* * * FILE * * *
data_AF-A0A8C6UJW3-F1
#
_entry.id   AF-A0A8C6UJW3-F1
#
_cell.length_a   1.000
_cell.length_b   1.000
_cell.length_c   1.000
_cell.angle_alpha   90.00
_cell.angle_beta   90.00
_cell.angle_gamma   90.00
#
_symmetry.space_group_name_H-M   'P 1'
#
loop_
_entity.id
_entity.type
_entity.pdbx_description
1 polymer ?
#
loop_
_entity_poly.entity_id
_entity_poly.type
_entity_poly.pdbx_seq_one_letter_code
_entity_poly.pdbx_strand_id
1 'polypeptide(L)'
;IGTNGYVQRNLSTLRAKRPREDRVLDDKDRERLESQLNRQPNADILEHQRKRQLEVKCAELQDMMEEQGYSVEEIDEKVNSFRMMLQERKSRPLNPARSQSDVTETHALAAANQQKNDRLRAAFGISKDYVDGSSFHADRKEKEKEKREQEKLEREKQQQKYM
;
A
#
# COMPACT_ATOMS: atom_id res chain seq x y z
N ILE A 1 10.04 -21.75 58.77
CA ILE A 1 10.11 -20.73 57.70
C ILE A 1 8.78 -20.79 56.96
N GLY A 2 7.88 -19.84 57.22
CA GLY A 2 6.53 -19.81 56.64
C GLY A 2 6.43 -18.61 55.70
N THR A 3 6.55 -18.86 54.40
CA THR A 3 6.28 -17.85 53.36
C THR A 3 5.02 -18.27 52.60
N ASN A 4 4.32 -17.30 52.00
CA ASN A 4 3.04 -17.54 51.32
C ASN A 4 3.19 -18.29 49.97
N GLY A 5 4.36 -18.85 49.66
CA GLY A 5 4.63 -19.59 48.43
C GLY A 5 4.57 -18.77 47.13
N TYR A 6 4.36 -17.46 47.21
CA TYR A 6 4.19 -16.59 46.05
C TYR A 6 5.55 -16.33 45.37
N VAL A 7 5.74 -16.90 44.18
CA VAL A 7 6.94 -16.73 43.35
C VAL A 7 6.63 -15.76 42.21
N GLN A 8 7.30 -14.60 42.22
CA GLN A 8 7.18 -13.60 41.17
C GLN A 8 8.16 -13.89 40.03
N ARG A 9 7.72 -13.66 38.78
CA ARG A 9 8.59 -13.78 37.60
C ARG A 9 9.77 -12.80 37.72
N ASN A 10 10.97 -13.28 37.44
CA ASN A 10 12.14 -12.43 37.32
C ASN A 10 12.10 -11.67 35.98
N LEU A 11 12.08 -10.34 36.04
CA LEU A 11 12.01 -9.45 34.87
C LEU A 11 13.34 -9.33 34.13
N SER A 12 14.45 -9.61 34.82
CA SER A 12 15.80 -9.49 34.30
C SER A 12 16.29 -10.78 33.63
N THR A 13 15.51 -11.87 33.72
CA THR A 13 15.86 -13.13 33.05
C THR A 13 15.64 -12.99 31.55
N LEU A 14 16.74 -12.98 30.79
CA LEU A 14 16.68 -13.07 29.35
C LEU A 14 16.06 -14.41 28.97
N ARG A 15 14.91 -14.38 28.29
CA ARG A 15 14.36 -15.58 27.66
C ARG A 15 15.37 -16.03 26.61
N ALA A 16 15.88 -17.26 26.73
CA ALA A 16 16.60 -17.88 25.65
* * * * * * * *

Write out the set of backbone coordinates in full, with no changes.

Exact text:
data_AF-A0A8C6UJW3-F1
#
_entry.id   AF-A0A8C6UJW3-F1
#
_cell.length_a   1.000
_cell.length_b   1.000
_cell.length_c   1.000
_cell.angle_alpha   90.00
_cell.angle_beta   90.00
_cell.angle_gamma   90.00
#
_symmetry.space_group_name_H-M   'P 1'
#
loop_
_entity.id
_entity.type
_entity.pdbx_description
1 polymer ?
#
loop_
_entity_poly.entity_id
_entity_poly.type
_entity_poly.pdbx_seq_one_letter_code
_entity_poly.pdbx_strand_id
1 'polypeptide(L)'
;IGTNGYVQRNLSTLRAKRPREDRVLDDKDRERLESQLNRQPNADILEHQRKRQLEVKCAELQDMMEEQGYSVEEIDEKVNSFRMMLQERKSRPLNPARSQSDVTETHALAAANQQKNDRLRAAFGISKDYVDGSSFHADRKEKEKEKREQEKLEREKQQQKYM
;
A
#
# COMPACT_ATOMS: atom_id res chain seq x y z
N ILE A 1 10.04 -21.75 58.77
CA ILE A 1 10.11 -20.73 57.70
C ILE A 1 8.78 -20.79 56.96
N GLY A 2 7.88 -19.84 57.22
CA GLY A 2 6.53 -19.81 56.64
C GLY A 2 6.43 -18.61 55.70
N THR A 3 6.55 -18.86 54.40
CA THR A 3 6.28 -17.85 53.36
C THR A 3 5.02 -18.27 52.60
N ASN A 4 4.32 -17.30 52.00
CA ASN A 4 3.04 -17.54 51.32
C ASN A 4 3.19 -18.29 49.97
N GLY A 5 4.36 -18.85 49.66
CA GLY A 5 4.63 -19.59 48.43
C GLY A 5 4.57 -18.77 47.13
N TYR A 6 4.36 -17.46 47.21
CA TYR A 6 4.19 -16.59 46.05
C TYR A 6 5.55 -16.33 45.37
N VAL A 7 5.74 -16.90 44.18
CA VAL A 7 6.94 -16.73 43.35
C VAL A 7 6.63 -15.76 42.21
N GLN A 8 7.30 -14.60 42.22
CA GLN A 8 7.18 -13.60 41.17
C GLN A 8 8.16 -13.89 40.03
N ARG A 9 7.72 -13.66 38.78
CA ARG A 9 8.59 -13.78 37.60
C ARG A 9 9.77 -12.80 37.72
N ASN A 10 10.97 -13.28 37.44
CA ASN A 10 12.14 -12.43 37.32
C ASN A 10 12.10 -11.67 35.98
N LEU A 11 12.08 -10.34 36.04
CA LEU A 11 12.01 -9.45 34.87
C LEU A 11 13.34 -9.33 34.13
N SER A 12 14.45 -9.61 34.82
CA SER A 12 15.80 -9.49 34.30
C SER A 12 16.29 -10.78 33.63
N THR A 13 15.51 -11.87 33.72
CA THR A 13 15.86 -13.13 33.05
C THR A 13 15.64 -12.99 31.55
N LEU A 14 16.74 -12.98 30.79
CA LEU A 14 16.68 -13.07 29.35
C LEU A 14 16.06 -14.41 28.97
N ARG A 15 14.91 -14.38 28.29
CA ARG A 15 14.36 -15.58 27.66
C ARG A 15 15.37 -16.03 26.61
N ALA A 16 15.88 -17.26 26.73
CA ALA A 16 16.60 -17.88 25.65